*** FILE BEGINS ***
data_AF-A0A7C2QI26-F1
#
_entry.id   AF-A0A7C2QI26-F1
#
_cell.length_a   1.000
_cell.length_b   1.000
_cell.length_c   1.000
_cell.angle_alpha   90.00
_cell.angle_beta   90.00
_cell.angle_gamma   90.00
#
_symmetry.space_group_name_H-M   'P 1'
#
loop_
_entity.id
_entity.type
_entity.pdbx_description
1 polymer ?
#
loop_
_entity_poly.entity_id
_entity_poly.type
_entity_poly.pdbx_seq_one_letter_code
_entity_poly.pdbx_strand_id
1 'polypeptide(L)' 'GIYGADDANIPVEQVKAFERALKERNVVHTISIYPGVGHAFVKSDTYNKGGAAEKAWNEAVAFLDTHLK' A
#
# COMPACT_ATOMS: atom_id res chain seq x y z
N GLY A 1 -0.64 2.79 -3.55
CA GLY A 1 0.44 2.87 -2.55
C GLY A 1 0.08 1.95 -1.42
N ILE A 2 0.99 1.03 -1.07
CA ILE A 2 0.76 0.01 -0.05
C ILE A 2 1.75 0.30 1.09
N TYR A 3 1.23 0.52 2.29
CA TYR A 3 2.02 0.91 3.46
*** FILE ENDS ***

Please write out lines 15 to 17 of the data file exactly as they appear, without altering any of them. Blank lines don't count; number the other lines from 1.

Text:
_entity.id
_entity.type
_entity.pdbx_description